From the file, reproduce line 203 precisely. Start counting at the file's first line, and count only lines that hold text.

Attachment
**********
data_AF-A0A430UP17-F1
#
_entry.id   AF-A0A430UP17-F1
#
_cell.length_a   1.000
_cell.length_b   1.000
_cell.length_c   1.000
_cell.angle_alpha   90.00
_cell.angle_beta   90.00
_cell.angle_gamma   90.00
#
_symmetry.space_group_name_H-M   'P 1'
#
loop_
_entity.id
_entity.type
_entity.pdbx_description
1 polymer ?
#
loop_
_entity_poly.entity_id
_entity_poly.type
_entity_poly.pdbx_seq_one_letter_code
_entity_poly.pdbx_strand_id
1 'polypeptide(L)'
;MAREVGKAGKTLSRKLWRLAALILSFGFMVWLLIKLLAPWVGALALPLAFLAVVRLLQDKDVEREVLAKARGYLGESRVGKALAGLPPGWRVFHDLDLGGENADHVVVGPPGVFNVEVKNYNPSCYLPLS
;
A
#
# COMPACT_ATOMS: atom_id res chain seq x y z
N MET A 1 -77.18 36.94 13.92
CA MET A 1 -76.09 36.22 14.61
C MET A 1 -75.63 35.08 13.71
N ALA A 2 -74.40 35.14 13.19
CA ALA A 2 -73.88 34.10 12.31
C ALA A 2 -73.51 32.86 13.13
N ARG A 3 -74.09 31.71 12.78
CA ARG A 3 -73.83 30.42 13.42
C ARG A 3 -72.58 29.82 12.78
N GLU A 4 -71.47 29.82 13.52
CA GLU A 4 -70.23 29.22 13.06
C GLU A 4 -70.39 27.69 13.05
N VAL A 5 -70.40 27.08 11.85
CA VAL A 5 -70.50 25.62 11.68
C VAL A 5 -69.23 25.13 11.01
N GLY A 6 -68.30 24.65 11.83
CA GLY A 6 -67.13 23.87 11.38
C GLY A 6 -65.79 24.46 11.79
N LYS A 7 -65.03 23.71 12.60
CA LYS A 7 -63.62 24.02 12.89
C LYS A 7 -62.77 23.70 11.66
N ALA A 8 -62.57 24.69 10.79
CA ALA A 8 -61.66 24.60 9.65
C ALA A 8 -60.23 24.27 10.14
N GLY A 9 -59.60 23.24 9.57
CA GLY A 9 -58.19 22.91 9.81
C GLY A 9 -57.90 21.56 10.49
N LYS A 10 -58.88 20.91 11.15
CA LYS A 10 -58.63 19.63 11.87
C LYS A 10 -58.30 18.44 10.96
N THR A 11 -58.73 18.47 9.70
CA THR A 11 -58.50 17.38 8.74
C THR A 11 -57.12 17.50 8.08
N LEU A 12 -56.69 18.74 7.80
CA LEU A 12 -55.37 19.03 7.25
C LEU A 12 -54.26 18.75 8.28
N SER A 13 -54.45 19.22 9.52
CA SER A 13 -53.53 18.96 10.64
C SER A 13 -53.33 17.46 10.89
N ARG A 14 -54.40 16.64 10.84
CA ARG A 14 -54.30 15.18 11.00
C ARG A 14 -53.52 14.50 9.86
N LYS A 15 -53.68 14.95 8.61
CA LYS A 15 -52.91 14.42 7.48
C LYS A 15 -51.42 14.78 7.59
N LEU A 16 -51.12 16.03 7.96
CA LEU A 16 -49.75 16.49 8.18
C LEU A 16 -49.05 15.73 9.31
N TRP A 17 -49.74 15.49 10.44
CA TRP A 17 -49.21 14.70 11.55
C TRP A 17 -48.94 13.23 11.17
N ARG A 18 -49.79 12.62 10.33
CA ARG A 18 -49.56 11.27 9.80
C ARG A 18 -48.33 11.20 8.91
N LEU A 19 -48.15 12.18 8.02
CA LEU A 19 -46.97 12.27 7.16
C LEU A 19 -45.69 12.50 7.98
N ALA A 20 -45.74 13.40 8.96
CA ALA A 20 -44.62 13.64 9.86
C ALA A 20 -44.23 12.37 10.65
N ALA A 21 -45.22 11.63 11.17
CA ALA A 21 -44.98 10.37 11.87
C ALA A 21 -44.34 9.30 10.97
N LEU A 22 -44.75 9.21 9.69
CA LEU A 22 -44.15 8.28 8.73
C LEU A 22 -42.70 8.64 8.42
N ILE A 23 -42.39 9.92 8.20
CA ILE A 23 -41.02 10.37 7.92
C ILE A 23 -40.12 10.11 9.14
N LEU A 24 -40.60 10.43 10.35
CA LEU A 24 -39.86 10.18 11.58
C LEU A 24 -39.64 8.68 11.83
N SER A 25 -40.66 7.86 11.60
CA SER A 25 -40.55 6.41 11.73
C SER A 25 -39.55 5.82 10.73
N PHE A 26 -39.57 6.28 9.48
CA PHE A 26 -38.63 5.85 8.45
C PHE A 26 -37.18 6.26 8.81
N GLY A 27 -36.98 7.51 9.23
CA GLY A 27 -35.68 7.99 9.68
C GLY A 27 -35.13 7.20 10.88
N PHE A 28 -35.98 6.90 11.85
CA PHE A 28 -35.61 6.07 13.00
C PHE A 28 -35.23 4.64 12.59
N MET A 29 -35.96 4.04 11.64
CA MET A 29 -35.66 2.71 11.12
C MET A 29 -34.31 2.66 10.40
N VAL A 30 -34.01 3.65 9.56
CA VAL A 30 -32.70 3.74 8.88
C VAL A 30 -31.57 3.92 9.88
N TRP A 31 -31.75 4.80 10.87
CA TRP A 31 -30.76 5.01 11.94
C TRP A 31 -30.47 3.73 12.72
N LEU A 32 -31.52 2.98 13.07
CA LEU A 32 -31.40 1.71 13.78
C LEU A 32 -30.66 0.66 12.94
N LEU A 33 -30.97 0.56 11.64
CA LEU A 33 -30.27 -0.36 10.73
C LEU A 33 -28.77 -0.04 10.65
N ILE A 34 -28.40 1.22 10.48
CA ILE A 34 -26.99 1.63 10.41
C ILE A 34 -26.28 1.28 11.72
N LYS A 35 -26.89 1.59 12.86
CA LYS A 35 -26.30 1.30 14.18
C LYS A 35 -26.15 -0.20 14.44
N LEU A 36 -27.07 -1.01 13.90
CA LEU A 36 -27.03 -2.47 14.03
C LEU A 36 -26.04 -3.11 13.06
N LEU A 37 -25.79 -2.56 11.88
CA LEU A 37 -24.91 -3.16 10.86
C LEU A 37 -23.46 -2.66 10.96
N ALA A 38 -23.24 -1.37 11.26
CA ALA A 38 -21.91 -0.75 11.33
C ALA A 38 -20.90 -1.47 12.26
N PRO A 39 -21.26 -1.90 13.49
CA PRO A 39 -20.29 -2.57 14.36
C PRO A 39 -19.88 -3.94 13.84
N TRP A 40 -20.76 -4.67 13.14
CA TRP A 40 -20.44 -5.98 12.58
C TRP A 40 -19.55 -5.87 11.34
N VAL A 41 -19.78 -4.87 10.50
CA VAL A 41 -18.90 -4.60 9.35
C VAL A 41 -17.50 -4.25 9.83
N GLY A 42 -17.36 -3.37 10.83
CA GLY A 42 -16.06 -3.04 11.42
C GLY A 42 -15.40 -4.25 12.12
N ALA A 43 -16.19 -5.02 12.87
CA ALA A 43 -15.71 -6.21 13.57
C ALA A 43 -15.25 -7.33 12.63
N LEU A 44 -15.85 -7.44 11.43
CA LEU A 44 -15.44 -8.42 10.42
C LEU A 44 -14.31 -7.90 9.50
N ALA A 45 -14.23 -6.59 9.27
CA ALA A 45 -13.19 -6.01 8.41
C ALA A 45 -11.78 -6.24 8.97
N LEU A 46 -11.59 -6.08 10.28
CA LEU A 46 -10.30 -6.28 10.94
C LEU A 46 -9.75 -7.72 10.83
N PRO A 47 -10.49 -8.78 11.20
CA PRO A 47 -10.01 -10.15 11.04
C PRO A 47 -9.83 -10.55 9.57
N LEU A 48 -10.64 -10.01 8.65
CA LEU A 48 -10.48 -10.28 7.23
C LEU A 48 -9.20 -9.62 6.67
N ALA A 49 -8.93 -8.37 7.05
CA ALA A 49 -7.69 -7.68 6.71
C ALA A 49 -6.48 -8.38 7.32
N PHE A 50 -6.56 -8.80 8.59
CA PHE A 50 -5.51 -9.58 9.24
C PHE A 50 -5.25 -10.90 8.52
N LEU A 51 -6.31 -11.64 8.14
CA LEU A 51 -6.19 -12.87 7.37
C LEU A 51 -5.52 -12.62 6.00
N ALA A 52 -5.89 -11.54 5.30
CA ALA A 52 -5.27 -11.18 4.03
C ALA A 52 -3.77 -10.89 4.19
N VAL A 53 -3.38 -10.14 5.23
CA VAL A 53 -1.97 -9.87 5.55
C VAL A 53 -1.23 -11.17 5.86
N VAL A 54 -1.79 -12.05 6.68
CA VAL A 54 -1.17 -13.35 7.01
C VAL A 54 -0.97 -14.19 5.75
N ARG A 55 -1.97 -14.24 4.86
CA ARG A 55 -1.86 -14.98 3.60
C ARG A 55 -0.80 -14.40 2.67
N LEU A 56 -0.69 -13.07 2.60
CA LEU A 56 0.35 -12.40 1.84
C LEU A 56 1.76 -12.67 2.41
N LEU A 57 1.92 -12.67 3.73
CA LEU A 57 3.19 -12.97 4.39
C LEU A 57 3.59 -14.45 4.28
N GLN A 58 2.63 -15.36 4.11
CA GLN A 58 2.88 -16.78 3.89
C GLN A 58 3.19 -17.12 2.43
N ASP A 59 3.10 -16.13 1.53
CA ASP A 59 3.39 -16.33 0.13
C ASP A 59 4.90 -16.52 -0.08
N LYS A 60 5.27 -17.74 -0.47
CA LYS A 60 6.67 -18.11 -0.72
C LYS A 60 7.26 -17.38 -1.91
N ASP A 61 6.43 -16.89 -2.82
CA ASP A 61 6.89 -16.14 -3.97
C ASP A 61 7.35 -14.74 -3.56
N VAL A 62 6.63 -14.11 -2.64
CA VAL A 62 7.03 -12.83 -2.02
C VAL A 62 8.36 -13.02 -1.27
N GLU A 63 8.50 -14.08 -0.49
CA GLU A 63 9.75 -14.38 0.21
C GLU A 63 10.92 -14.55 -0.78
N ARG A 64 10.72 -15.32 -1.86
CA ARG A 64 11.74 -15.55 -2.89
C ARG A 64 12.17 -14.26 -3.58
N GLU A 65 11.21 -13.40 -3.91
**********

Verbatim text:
CA GLN A 58 2.88 -16.78 3.89